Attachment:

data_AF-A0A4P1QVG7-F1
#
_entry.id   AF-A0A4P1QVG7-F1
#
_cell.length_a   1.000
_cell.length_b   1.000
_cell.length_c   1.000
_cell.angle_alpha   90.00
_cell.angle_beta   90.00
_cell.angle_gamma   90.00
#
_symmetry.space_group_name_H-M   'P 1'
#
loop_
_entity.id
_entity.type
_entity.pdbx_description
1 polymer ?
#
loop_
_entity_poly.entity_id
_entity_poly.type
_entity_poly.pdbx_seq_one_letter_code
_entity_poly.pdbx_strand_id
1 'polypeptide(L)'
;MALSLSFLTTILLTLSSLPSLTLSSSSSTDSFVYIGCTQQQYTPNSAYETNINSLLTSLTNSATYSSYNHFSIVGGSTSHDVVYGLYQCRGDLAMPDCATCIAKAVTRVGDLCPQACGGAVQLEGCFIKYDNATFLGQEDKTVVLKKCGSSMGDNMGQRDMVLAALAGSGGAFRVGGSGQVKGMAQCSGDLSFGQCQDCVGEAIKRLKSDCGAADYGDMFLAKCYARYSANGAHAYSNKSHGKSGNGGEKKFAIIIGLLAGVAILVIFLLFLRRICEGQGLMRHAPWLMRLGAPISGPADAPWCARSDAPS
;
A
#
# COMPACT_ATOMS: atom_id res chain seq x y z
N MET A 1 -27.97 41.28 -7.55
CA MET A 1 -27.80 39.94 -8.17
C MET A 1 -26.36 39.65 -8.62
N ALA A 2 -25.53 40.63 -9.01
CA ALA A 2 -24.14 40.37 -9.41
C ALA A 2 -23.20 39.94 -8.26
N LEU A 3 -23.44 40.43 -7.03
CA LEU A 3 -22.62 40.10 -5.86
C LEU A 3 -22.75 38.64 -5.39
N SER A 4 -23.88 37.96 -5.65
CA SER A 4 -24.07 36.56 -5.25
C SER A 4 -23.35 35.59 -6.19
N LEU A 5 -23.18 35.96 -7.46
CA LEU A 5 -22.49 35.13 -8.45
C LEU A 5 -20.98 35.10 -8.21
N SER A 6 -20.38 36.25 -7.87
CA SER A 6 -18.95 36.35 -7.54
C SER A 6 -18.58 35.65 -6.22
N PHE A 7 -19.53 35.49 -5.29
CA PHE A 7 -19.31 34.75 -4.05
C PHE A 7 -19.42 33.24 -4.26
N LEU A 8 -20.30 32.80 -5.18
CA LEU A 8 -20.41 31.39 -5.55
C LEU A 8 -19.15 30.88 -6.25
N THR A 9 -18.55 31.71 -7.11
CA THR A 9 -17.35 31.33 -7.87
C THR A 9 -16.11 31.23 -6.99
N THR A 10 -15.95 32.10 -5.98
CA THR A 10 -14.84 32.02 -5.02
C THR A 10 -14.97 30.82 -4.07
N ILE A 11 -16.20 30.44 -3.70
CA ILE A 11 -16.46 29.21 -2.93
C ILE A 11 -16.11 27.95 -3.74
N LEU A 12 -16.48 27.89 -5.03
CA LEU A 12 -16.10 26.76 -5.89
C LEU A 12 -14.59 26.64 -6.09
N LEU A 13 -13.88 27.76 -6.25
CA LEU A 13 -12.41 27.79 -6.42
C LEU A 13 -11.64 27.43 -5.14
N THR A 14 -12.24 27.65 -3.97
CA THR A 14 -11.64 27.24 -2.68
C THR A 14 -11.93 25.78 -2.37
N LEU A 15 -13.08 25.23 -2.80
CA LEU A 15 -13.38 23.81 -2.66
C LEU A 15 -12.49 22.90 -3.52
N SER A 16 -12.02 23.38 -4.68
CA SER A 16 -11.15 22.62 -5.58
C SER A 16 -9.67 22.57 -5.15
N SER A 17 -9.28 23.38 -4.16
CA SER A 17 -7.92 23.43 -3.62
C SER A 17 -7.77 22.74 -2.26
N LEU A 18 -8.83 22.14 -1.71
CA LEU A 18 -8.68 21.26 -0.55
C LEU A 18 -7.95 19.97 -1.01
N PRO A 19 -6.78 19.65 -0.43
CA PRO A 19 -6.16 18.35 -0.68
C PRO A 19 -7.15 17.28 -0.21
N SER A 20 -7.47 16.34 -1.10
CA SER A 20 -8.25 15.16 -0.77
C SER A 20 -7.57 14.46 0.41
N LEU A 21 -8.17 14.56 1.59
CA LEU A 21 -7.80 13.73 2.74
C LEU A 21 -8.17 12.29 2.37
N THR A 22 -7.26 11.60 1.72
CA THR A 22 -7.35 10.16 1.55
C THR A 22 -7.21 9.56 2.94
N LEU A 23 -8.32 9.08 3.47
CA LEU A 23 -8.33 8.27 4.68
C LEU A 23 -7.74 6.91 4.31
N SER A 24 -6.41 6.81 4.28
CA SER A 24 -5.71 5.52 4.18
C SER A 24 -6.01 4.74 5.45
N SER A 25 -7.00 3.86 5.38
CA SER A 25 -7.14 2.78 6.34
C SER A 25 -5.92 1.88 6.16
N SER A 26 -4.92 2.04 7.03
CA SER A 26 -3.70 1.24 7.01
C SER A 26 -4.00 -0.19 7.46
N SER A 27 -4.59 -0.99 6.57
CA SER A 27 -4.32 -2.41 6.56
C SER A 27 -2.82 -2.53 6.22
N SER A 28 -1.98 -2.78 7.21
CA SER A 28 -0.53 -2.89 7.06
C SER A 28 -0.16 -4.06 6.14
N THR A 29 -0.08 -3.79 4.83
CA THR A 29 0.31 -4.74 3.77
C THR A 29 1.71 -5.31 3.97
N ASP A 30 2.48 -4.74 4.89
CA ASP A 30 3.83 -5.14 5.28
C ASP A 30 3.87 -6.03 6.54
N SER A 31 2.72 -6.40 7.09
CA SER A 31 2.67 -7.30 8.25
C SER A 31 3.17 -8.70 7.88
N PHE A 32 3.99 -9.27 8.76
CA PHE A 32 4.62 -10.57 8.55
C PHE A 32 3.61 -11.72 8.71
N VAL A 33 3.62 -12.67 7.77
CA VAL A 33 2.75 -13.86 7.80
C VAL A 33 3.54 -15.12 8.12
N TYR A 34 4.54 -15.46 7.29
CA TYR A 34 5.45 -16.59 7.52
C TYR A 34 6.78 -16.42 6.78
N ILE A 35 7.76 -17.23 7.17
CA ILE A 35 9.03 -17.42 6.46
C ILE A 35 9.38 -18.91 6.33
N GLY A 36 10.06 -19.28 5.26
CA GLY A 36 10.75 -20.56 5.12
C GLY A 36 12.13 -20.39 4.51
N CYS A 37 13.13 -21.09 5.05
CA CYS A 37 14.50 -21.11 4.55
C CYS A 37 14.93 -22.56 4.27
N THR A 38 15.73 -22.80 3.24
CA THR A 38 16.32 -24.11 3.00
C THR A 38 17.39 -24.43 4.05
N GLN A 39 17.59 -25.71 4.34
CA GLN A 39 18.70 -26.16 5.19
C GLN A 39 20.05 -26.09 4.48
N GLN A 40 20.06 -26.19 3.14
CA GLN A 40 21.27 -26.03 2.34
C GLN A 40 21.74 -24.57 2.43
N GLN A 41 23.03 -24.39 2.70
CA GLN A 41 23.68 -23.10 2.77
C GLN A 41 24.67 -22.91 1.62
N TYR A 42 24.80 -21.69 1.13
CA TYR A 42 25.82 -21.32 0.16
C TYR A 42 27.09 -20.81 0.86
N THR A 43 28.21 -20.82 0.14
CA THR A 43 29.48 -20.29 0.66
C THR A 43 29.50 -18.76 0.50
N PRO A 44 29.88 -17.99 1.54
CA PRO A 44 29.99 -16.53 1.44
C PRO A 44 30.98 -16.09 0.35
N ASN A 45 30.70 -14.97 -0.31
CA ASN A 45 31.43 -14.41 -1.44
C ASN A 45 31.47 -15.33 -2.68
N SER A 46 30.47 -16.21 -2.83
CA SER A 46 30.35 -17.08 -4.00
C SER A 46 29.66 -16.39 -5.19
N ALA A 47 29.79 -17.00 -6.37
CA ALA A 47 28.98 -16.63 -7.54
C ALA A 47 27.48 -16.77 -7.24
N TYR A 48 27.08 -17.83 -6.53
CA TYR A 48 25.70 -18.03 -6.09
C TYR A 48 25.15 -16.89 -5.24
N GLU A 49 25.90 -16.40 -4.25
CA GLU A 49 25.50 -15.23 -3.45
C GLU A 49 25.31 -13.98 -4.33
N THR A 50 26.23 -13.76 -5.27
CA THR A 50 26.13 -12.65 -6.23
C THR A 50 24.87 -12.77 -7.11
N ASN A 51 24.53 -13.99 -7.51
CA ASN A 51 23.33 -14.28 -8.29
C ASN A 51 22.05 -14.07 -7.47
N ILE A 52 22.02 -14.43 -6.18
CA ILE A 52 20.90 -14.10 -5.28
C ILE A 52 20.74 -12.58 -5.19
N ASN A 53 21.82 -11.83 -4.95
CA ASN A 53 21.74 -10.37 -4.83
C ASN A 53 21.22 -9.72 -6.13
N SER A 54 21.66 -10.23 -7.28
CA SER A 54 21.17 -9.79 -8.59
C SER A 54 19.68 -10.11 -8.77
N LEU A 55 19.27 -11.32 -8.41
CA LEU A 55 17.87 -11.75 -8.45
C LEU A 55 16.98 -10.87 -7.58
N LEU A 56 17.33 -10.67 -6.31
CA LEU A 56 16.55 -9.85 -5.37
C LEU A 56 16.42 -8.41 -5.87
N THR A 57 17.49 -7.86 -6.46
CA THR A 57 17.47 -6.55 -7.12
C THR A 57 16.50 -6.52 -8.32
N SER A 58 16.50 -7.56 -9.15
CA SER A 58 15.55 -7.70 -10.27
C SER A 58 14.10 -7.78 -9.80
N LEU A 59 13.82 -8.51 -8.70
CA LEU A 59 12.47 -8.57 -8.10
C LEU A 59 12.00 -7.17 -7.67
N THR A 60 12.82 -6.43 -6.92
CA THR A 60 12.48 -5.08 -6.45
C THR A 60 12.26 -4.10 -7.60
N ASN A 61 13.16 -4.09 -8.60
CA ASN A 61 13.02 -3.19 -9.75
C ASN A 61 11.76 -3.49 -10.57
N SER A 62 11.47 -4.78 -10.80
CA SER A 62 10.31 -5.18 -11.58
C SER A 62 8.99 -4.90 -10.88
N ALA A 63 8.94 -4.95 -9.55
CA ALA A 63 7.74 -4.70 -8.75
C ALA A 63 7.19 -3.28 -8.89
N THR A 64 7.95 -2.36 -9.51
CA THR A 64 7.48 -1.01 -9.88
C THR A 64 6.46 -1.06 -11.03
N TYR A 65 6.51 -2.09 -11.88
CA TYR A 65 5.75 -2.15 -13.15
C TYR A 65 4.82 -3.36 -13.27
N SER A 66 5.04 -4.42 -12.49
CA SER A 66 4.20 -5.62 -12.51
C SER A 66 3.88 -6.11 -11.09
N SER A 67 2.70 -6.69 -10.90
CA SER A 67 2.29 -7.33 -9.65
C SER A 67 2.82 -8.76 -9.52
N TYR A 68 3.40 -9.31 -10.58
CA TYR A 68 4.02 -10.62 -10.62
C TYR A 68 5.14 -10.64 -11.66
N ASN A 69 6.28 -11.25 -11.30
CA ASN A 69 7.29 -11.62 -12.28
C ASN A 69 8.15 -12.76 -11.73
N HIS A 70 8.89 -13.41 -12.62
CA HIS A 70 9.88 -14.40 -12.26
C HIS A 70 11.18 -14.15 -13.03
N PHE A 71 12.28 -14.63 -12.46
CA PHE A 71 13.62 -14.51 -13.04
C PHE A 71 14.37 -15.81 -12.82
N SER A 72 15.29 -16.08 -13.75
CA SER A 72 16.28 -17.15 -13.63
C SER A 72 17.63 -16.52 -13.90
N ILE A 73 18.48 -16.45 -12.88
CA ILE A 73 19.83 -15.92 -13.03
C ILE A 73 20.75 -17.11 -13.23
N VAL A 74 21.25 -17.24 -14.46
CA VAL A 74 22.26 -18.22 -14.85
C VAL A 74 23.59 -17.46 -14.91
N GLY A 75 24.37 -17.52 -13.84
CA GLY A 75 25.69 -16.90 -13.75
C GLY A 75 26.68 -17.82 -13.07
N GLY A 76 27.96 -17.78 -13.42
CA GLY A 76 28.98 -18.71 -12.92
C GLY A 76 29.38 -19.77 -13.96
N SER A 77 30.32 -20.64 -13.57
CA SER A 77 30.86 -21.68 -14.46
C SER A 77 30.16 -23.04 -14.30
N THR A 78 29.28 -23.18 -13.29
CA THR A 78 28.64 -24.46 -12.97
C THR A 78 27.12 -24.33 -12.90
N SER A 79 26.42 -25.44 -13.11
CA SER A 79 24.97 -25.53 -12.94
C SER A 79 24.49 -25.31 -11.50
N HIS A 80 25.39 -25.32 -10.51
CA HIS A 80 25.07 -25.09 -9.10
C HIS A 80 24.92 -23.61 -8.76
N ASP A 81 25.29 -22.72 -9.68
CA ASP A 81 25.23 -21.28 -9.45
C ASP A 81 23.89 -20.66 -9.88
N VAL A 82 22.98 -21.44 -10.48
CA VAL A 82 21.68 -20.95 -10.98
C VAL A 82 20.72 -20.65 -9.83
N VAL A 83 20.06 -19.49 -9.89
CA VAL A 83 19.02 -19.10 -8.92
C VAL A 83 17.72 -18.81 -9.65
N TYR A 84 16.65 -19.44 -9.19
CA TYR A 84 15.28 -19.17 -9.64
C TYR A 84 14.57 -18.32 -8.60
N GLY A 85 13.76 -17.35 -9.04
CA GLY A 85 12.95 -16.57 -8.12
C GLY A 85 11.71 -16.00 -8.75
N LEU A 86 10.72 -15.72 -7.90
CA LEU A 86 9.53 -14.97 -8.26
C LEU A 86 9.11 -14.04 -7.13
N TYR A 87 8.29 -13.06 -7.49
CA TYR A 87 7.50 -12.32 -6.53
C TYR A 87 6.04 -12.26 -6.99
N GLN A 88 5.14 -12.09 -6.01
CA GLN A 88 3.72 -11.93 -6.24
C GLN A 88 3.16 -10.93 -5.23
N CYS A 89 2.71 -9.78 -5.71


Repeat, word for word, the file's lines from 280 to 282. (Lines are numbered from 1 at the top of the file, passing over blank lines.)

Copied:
N TYR A 84 16.65 -19.44 -9.19
CA TYR A 84 15.28 -19.17 -9.64
C TYR A 84 14.57 -18.32 -8.60